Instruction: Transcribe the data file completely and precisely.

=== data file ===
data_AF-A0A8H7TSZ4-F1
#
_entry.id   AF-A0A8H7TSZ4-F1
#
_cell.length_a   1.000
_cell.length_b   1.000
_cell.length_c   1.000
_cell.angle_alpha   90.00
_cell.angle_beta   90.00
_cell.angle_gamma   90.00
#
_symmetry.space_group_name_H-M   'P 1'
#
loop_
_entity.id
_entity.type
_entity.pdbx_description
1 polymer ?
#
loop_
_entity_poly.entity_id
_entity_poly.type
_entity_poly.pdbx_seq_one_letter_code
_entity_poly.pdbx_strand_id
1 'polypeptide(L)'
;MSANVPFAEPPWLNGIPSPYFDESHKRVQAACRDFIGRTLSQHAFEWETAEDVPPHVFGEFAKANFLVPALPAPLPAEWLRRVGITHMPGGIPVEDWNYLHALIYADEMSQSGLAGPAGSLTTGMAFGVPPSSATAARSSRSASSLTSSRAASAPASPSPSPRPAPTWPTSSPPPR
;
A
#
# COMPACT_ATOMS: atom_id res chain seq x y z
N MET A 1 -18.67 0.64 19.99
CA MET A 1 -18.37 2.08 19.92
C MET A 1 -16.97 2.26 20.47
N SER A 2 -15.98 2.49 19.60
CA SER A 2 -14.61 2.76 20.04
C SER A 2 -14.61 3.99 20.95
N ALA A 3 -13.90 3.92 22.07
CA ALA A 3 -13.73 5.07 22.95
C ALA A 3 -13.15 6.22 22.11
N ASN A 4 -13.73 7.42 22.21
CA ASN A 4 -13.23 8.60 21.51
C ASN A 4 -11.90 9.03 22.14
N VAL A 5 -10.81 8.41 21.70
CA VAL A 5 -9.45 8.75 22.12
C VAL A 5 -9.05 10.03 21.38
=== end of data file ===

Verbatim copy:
data_AF-A0A8H7TSZ4-F1
#
_entry.id   AF-A0A8H7TSZ4-F1
#
_cell.length_a   1.000
_cell.length_b   1.000
_cell.length_c   1.000
_cell.angle_alpha   90.00
_cell.angle_beta   90.00
_cell.angle_gamma   90.00
#
_symmetry.space_group_name_H-M   'P 1'
#
loop_
_entity.id
_entity.type
_entity.pdbx_description
1 polymer ?
#
loop_
_entity_poly.entity_id
_entity_poly.type
_entity_poly.pdbx_seq_one_letter_code
_entity_poly.pdbx_strand_id
1 'polypeptide(L)'
;MSANVPFAEPPWLNGIPSPYFDESHKRVQAACRDFIGRTLSQHAFEWETAEDVPPHVFGEFAKANFLVPALPAPLPAEWLRRVGITHMPGGIPVEDWNYLHALIYADEMSQSGLAGPAGSLTTGMAFGVPPSSATAARSSRSASSLTSSRAASAPASPSPSPRPAPTWPTSSPPPR
;
A
#
# COMPACT_ATOMS: atom_id res chain seq x y z
N MET A 1 -18.67 0.64 19.99
CA MET A 1 -18.37 2.08 19.92
C MET A 1 -16.97 2.26 20.47
N SER A 2 -15.98 2.49 19.60
CA SER A 2 -14.61 2.76 20.04
C SER A 2 -14.61 3.99 20.95
N ALA A 3 -13.90 3.92 22.07
CA ALA A 3 -13.73 5.07 22.95
C ALA A 3 -13.15 6.22 22.11
N ASN A 4 -13.73 7.42 22.21
CA ASN A 4 -13.23 8.60 21.51
C ASN A 4 -11.90 9.03 22.14
N VAL A 5 -10.81 8.41 21.70
CA VAL A 5 -9.45 8.75 22.12
C VAL A 5 -9.05 10.03 21.38